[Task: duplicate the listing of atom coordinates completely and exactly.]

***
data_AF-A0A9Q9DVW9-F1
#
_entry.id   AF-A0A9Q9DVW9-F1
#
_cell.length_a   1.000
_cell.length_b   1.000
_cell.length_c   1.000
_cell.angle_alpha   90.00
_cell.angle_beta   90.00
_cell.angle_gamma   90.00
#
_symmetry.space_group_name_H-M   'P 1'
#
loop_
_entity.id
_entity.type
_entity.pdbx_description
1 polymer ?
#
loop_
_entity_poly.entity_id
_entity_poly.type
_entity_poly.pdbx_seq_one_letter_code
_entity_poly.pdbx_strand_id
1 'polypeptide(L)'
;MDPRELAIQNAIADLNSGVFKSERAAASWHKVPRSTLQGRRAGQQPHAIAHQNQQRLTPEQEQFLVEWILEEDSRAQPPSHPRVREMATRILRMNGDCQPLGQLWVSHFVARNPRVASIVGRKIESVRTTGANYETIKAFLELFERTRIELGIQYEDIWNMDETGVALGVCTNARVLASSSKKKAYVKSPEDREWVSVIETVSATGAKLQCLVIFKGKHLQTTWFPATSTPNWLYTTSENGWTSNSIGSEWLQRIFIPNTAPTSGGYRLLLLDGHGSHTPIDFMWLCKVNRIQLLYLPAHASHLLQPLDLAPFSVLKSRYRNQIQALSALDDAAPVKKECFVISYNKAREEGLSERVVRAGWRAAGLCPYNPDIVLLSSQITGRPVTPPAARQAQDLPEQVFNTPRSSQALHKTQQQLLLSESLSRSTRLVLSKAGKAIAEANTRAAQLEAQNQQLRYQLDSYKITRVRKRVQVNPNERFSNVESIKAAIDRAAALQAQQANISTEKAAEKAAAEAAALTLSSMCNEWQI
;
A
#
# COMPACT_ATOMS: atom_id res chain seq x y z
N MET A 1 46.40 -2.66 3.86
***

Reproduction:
data_AF-A0A9Q9DVW9-F1
#
_entry.id   AF-A0A9Q9DVW9-F1
#
_cell.length_a   1.000
_cell.length_b   1.000
_cell.length_c   1.000
_cell.angle_alpha   90.00
_cell.angle_beta   90.00
_cell.angle_gamma   90.00
#
_symmetry.space_group_name_H-M   'P 1'
#
loop_
_entity.id
_entity.type
_entity.pdbx_description
1 polymer ?
#
loop_
_entity_poly.entity_id
_entity_poly.type
_entity_poly.pdbx_seq_one_letter_code
_entity_poly.pdbx_strand_id
1 'polypeptide(L)'
;MDPRELAIQNAIADLNSGVFKSERAAASWHKVPRSTLQGRRAGQQPHAIAHQNQQRLTPEQEQFLVEWILEEDSRAQPPSHPRVREMATRILRMNGDCQPLGQLWVSHFVARNPRVASIVGRKIESVRTTGANYETIKAFLELFERTRIELGIQYEDIWNMDETGVALGVCTNARVLASSSKKKAYVKSPEDREWVSVIETVSATGAKLQCLVIFKGKHLQTTWFPATSTPNWLYTTSENGWTSNSIGSEWLQRIFIPNTAPTSGGYRLLLLDGHGSHTPIDFMWLCKVNRIQLLYLPAHASHLLQPLDLAPFSVLKSRYRNQIQALSALDDAAPVKKECFVISYNKAREEGLSERVVRAGWRAAGLCPYNPDIVLLSSQITGRPVTPPAARQAQDLPEQVFNTPRSSQALHKTQQQLLLSESLSRSTRLVLSKAGKAIAEANTRAAQLEAQNQQLRYQLDSYKITRVRKRVQVNPNERFSNVESIKAAIDRAAALQAQQANISTEKAAEKAAAEAAALTLSSMCNEWQI
;
A
#
# COMPACT_ATOMS: atom_id res chain seq x y z
N MET A 1 46.40 -2.66 3.86